• Bridge Ladies

    Bridge Ladies When I set out to learn about my mother's bridge club, the Jewish octogenarians behind the matching outfits and accessories, I never expected to fall in love with them. This is the story of the ladies, their game, their gen, and the ragged path that led me back to my mother.
  • Archives

Tonight You’re Mine Completely

The great paradox of my life as an agent is that I am able to walk through fire for my clients while I can barely ask for anything for myself. 

I have clients who can’t ask for what they need. I try to fish them out of the water and pump their stomachs. I have some who love to ask in a roundabout way. And those who squall.

Does the ability to ask for something determine the chance of getting it? I always remember a line from Rocky Horror Picture Show (I know, again with the high-minded references) when Riff Raff says he wants nothing and Dr. Frank-N-Furter lashes back, “and you shall receive it — in abundance.”

The writer’s life is a limitless series of frustrations. The only thing you have control over is the actual writing. Every other step of the process demands that you ask for something. Will you be my agent? Will you publish my book? Will you blurb my book? Will you review my book? Will you Tweet my book? Will you come to my reading? Will you buy it? Will you read it? Will you like it? Will you fuck it? And most important, will you still love me tomorrow? Is it any wonder we’re all a bunch of nutters?

11 Responses

  1. Betsy, if I haven’t said it before:

    “You Light Up My Life.”

    Thanks for the daily illumination.


  2. No. No, it really isn’t any wonder at all.

  3. Nutters, yes, but it’s the pelvic thrust that really drives you insane.

  4. Come up to the lab, and see what’s on the slab … my book.

  5. New biogrpahies out, re Cheever, Carver, etc. all drunks, all works highly edited, died early and drank like sharks after the flesh of their agents, who were really editors at that time. And the suicides of many women writers, like Plath. I could go on. Yes, writers are nutters, we drink or we take prozac or whatever and every morning we wake up from a day of rejections and start all over again. It’s masochistic, if anything. To let someone else, many elses, control our lives…sometimes I feel like a woman in an abusive relationship and I can’t get out. Their are no safehouses for depressed and anxiety-ridden writers. We are on our own….no one calls, no one emails, each day is a look into the abyss and we, the Gorky-insane, jump right in.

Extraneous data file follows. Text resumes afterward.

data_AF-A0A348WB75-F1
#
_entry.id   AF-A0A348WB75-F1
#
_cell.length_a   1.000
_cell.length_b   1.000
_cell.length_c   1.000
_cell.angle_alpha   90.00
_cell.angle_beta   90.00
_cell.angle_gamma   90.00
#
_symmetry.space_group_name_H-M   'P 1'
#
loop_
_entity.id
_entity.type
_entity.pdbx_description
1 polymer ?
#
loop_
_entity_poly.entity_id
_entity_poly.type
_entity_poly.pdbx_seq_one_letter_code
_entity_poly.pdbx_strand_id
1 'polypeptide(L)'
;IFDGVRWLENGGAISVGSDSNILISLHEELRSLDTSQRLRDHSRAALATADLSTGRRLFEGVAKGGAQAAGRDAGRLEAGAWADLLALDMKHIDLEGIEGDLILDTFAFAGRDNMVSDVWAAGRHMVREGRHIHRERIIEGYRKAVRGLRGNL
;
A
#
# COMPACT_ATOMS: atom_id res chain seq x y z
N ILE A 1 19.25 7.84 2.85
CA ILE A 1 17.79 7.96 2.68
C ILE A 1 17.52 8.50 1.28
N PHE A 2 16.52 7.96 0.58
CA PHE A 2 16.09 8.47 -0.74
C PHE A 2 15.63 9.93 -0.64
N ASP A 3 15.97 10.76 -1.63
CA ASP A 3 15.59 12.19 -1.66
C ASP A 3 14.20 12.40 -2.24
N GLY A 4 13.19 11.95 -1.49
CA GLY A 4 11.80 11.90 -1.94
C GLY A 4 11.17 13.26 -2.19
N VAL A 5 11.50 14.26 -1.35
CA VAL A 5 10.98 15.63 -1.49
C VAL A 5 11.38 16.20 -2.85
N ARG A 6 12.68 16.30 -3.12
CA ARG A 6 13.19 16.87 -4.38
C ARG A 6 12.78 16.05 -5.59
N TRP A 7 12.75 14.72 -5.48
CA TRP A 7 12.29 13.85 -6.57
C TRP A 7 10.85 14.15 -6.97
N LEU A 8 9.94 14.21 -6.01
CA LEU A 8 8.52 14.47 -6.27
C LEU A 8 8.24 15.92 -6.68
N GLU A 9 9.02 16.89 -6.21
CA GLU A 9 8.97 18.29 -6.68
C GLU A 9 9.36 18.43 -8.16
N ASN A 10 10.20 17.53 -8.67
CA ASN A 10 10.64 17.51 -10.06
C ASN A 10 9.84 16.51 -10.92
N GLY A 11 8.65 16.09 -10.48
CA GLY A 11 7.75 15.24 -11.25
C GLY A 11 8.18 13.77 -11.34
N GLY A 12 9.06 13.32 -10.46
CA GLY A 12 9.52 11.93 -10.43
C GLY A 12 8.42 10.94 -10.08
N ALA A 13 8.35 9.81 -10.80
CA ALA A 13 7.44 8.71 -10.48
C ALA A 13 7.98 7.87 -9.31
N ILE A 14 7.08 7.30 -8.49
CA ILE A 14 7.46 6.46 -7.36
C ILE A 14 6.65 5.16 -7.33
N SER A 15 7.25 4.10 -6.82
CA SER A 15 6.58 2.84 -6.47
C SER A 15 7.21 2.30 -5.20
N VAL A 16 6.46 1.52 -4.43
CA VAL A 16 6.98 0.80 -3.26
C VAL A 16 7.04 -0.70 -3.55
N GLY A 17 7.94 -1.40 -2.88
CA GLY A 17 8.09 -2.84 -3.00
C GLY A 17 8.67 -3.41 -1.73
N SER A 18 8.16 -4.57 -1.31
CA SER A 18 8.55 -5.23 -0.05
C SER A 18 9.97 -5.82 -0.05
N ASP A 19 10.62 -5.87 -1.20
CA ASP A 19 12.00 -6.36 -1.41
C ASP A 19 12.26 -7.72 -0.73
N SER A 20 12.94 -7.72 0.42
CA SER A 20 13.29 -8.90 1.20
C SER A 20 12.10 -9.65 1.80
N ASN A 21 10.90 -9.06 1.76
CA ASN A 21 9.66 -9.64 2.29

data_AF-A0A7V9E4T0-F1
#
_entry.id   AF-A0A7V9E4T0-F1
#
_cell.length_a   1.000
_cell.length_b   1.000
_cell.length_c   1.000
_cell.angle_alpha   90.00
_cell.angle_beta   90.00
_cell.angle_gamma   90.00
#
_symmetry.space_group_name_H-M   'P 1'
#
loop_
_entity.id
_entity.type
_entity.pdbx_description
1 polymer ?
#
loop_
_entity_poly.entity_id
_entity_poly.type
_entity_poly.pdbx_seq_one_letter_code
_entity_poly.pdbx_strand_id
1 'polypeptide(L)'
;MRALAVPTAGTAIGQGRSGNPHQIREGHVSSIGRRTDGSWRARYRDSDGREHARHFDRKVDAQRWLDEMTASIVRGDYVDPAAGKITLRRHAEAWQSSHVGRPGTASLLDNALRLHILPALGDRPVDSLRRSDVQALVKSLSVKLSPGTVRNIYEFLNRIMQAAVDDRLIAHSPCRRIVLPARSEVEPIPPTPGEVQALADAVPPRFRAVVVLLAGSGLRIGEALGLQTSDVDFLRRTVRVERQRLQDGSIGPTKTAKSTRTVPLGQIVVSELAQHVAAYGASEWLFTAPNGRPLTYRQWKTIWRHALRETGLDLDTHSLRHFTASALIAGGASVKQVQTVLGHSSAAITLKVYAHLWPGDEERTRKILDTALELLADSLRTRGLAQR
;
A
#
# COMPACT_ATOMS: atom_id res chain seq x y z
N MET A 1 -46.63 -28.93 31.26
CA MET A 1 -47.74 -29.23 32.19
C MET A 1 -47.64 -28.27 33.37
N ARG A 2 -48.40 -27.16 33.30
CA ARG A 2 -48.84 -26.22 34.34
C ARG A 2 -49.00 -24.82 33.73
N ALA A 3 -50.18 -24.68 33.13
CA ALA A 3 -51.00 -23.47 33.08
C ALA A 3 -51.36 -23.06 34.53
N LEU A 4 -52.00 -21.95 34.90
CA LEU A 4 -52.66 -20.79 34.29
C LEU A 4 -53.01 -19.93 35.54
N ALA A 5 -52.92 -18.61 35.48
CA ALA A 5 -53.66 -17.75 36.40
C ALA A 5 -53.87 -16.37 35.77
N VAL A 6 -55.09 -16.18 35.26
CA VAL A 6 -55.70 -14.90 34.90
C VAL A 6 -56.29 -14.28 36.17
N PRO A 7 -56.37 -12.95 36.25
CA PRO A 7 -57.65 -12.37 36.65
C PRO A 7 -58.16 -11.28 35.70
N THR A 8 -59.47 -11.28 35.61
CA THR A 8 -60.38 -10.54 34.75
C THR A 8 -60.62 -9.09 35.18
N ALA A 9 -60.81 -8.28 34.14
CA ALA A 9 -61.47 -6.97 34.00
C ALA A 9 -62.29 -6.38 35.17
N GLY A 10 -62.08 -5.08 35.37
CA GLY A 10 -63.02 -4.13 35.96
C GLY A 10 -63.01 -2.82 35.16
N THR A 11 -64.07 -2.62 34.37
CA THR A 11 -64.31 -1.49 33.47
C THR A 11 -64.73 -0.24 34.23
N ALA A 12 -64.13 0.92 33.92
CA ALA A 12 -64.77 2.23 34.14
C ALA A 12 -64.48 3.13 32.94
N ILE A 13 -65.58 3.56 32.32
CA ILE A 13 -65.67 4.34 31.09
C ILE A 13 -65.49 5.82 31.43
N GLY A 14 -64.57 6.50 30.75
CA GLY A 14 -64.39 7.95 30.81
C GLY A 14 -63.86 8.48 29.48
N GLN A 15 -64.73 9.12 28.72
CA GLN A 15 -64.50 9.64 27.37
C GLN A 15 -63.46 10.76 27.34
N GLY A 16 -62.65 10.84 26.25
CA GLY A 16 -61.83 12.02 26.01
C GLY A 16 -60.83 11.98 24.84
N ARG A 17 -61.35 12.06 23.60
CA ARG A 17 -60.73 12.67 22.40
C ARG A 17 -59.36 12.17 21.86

Recently read an interview with one of my favorite writers today- Edward P. Jones…and he hasn;t written a word in four years. He looked sad and he could not explain why to the interviewer…here a writer who won just abut every award except the Nobel Prize. And he’s sad. Falukner was so sad he drank like there was no tomorrow….and there wasn’t, he died at a young age (55?) after receiving the Nobel Prize. We must be careful what we wish for. Just don’t turn to writing a memoir just because it’s hot today….then you’ll lose your family for telling the truth of their lives.
    Sorry for the rant. I’ve just decided to take a break from writing for a while, refill my botttle of Prozac and pick up daughter at the airport for Thanksgiving and have a happy time. There are some things I never want to lose.

  6. There is a great book on how to negotiate called “Women Don’t Ask,” by Linda Babcock and Sara Laschever. Its focus is on the ways women avoid asking for things like raises, good contracts, and so on, but really it’s for anyone who wants to learn how to stop negotiating from an abject position. It describes in very specific terms ways to conduct negotiations in a clean, fair manner.

    I first linked to your site through Maud Newton and I now read you every morning. I look forward to your new edition of “The Forest for the Trees.” Many thanks for your great site.

  7. This book I am going to get, not that I need it since I am a shark agent. But, who can’t learn a thing or two from time to time. Thank you for reading EVERY morning. You are obviously a person with great taste and a kick ass sense of humor.

  8. If I go to a therapist, I talk, I cry, I learn, then I pay.

    If I visit your blog, I listen (read), I laugh, I learn, then get on with my day.

    Thanks for the free healing words and humor.

  9. I get it. I know this is intended to be funny. I know everyone else here gets it too. Now, let’s talk about this “nutter” business.

    Hyperbole passes for truth among the credulous; that is its danger.

    Some writers do suffer from depression and the like, of course, but depressed people who are not writers outnumber writers handily. Writers, especially the famous ones, just get more press.

    Us regular folks have to get SWAT involved to get two column inches on the city page. Life is not fair.

    Contrariwise, many, many writers live out their days with the usual assortment of ups and downs. They have friends and family, and they are not insufferably melodramatic.

    In my experience, many hacks and poseurs assume the role of Tortured Artist because their Bart Simpson-shaped bong came to them in a vision and told them it was cooler that way. It doesn’t hurt that being all weepy and/or cynical gives them a great excuse not to write.

Leave a Reply

Fill in your details below or click an icon to log in:

WordPress.com Logo

You are commenting using your WordPress.com account. Log Out /  Change )

Facebook photo

You are commenting using your Facebook account. Log Out /  Change )

Connecting to %s

%d bloggers like this: